jueves, 26 de marzo de 2015

Poetry: Anne Sexton - 'Daddy' Warbucks - The Starry Night - Killing The Love - Links





"Daddy" Warbucks

In Memoriam

What's missing is the eyeballs
in each of us, but it doesn't matter
because you've got the bucks, the bucks, the bucks.
You let me touch them, fondle the green faces
lick at their numbers and it lets you be
my "Daddy!" "Daddy!" and though I fought all alone
with molesters and crooks, I knew your money
would save me, your courage, your "I've had
considerable experience as a soldier...
fighting to win millions for myself, it's true.
But I did win," and me praying for "our men out there"
just made it okay to be an orphan whose blood was no one's,
whose curls were hung up on a wire machine and electrified,
while you built and unbuilt intrigues called nations,
and did in the bad ones, always, always,
and always came at my perils, the black Christs of childhood,
always came when my heart stood naked in the street
and they threw apples at it or twelve-day-old-dead-fish.

"Daddy!" "Daddy," we all won that war,
when you sang me the money songs
Annie, Annie you sang
and I knew you drove a pure gold car
and put diamonds in you coke
for the crunchy sound, the adorable sound
and the moon too was in your portfolio,
as well as the ocean with its sleepy dead.
And I was always brave, wasn't I?
I never bled?
I never saw a man expose himself.
No. No.
I never saw a drunkard in his blubber.
I never let lightning go in one car and out the other.
And all the men out there were never to come.
Never, like a deluge, to swim over my breasts
and lay their lamps in my insides.
No. No.
Just me and my "Daddy"
and his tempestuous bucks
rolling in them like corn flakes
and only the bad ones died.

But I died yesterday,
"Daddy," I died,
swallowing the Nazi-Jap animal
and it won't get out
it keeps knocking at my eyes,
my big orphan eyes,
kicking! Until eyeballs pop out
and even my dog puts up his four feet
and lets go
of his military secret
with his big red tongue
flying up and down
like yours should have

as we board our velvet train. 



The Starry Night

That does not keep me from having a terrible need of -- shall I say the word -- religion. Then
I go out at night to paint the stars.

--Vincent Van Gogh in a letter to his brother

The town does not exist
except where one black-haired tree slips
up like a drowned woman into the hot sky.
The town is silent. The night boils with eleven stars.
Oh starry starry night! This is how
I want to die.

It moves. They are all alive.
Even the moon bulges in its orange irons
to push children, like a god, from its eye.
The old unseen serpent swallows up the stars.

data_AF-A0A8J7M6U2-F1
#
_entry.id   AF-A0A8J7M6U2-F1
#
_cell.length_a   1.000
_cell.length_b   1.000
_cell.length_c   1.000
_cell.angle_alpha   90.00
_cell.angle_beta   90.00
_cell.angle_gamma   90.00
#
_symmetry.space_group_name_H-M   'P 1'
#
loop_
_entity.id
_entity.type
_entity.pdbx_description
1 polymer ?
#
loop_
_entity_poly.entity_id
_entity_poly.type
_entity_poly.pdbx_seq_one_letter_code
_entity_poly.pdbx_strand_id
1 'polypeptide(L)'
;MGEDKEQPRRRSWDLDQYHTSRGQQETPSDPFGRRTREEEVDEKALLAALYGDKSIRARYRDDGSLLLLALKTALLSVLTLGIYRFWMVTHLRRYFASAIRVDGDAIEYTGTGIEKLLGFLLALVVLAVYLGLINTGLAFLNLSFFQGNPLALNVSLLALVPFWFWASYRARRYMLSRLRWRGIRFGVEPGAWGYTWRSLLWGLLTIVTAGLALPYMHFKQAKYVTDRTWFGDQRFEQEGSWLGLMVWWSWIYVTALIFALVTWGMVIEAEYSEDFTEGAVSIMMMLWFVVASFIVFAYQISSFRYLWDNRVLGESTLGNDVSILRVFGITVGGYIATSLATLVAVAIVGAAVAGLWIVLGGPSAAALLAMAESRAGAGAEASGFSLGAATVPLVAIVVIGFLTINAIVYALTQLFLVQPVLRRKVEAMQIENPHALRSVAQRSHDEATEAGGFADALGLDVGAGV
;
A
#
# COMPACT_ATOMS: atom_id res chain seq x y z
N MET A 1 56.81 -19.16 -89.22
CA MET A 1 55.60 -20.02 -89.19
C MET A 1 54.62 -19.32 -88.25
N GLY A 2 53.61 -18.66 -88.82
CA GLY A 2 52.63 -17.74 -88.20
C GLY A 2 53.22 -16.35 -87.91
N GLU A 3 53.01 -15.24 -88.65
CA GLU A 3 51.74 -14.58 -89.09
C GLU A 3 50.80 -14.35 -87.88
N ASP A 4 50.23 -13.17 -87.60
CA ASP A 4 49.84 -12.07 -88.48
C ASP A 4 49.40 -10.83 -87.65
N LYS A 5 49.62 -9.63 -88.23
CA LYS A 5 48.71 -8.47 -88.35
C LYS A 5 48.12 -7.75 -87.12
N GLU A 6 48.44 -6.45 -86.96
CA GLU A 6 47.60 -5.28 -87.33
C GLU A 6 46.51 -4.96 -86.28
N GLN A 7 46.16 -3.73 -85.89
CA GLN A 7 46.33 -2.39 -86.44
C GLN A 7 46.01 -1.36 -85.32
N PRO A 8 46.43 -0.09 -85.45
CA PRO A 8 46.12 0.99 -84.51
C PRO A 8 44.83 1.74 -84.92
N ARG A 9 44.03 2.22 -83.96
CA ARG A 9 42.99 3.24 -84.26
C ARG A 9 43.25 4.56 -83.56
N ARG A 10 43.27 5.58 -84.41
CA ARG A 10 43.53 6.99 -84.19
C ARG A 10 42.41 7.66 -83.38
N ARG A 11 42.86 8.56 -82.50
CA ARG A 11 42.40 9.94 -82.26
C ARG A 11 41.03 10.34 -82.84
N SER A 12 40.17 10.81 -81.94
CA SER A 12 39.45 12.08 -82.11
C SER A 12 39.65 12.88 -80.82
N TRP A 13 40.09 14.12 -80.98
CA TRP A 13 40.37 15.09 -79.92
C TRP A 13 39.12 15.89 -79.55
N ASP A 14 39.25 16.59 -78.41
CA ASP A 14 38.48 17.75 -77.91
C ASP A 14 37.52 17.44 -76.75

Oh starry starry night! This is how
I want to die:

into that rushing beast of the night,
sucked up by that great dragon, to split
from my life with no flag,
no belly,
no cry.



Killing The Love

I am the love killer,
I am murdering the music we thought so special,
that blazed between us, over and over.
I am murdering me, where I kneeled at your kiss.
I am pushing knives through the hands
that created two into one.
Our hands do not bleed at this,
they lie still in their dishonor.
I am taking the boats of our beds
and swamping them, letting them cough on the sea
and choke on it and go down into nothing.
I am stuffing your mouth with your
promises and watching
you vomit them out upon my face.
The Camp we directed?
I have gassed the campers.

Now I am alone with the dead,
flying off bridges,
hurling myself like a beer can into the wastebasket.
I am flying like a single red rose,
leaving a jet stream
of solitude
and yet I feel nothing,
though I fly and hurl,
my insides are empty
and my face is as blank as a wall.

Shall I call the funeral director?
He could put our two bodies into one pink casket,
those bodies from before,
and someone might send flowers,
and someone might come to mourn
and it would be in the obits,
and people would know that something died,
is no more, speaks no more, won't even
drive a car again and all of that.

When a life is over,
the one you were living for,
where do you go?

I'll work nights.
I'll dance in the city.
I'll wear red for a burning.
I'll look at the Charles very carefully,
weraing its long legs of neon.
And the cars will go by.
The cars will go by.
And there'll be no scream
from the lady in the red dress
dancing on her own Ellis Island,
who turns in circles,
dancing alone
as the cars go by.






Links





Poetry: Anne Sexton - 'Daddy' Warbucks - The Starry Night - Killing The Love - Links

 


Ricardo M Marcenaro - Facebook



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